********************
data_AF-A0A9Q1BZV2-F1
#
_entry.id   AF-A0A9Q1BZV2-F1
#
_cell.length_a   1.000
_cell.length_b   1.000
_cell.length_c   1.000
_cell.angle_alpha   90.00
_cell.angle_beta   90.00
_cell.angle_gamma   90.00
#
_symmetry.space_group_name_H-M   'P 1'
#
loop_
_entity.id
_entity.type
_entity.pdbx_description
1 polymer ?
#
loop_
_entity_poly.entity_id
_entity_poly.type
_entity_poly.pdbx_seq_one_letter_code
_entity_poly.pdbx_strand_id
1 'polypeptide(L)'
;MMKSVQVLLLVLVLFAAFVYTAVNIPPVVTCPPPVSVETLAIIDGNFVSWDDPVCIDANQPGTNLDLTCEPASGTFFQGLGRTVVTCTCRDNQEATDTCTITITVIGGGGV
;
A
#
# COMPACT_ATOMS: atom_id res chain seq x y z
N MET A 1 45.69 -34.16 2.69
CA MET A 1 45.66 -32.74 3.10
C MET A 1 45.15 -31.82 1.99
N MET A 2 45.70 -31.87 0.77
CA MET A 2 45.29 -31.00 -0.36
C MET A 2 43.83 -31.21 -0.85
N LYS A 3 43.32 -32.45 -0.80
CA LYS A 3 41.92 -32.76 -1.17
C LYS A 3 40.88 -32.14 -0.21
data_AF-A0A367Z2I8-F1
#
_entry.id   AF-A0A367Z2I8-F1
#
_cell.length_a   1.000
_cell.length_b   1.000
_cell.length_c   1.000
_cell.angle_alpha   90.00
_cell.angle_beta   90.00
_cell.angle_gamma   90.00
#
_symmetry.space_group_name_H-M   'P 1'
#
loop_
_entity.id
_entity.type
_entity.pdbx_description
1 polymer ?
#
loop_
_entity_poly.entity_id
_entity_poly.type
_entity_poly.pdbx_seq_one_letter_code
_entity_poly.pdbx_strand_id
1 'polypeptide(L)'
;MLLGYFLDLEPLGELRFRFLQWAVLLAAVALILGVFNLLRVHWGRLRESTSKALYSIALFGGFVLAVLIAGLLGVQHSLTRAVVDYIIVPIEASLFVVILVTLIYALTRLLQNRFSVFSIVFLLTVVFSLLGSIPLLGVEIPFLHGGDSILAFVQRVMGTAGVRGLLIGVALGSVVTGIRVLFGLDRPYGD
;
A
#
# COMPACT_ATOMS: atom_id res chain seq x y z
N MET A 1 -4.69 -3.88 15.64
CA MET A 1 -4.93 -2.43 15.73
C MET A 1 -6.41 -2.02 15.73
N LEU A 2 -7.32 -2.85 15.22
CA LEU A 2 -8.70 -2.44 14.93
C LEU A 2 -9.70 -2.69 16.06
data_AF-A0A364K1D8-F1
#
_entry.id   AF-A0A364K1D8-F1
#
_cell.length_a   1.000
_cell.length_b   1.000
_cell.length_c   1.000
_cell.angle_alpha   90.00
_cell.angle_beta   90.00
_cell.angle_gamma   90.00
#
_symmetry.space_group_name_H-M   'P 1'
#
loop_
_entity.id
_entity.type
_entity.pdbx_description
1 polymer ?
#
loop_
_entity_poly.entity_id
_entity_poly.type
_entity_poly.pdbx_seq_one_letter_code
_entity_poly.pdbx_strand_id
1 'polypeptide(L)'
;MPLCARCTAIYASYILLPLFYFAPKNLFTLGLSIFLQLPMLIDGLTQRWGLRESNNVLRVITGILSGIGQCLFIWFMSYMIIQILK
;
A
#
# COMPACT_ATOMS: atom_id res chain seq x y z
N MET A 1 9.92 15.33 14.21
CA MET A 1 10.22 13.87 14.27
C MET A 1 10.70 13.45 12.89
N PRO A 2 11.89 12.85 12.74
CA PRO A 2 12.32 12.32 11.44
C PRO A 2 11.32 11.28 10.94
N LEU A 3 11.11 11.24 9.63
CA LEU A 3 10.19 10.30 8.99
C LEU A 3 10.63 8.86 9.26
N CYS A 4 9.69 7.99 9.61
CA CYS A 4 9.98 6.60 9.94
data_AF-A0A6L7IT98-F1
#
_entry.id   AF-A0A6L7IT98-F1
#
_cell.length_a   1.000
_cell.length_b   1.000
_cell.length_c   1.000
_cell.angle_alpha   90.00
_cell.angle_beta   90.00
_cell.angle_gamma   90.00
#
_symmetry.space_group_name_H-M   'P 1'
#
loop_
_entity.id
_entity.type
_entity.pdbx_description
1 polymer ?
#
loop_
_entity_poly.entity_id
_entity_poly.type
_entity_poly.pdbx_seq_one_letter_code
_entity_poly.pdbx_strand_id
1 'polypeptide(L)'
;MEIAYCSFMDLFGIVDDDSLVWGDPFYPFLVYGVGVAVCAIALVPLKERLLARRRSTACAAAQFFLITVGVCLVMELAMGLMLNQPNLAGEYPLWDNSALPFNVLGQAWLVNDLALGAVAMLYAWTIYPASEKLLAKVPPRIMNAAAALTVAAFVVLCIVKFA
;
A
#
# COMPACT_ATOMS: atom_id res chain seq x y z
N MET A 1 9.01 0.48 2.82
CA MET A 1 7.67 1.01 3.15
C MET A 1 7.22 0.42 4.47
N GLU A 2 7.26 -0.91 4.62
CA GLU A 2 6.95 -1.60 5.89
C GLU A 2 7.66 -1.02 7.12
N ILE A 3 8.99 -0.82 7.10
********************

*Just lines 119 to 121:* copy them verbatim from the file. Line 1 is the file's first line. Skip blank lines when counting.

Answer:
_entry.id   AF-A0A6L7IT98-F1
#
_cell.length_a   1.000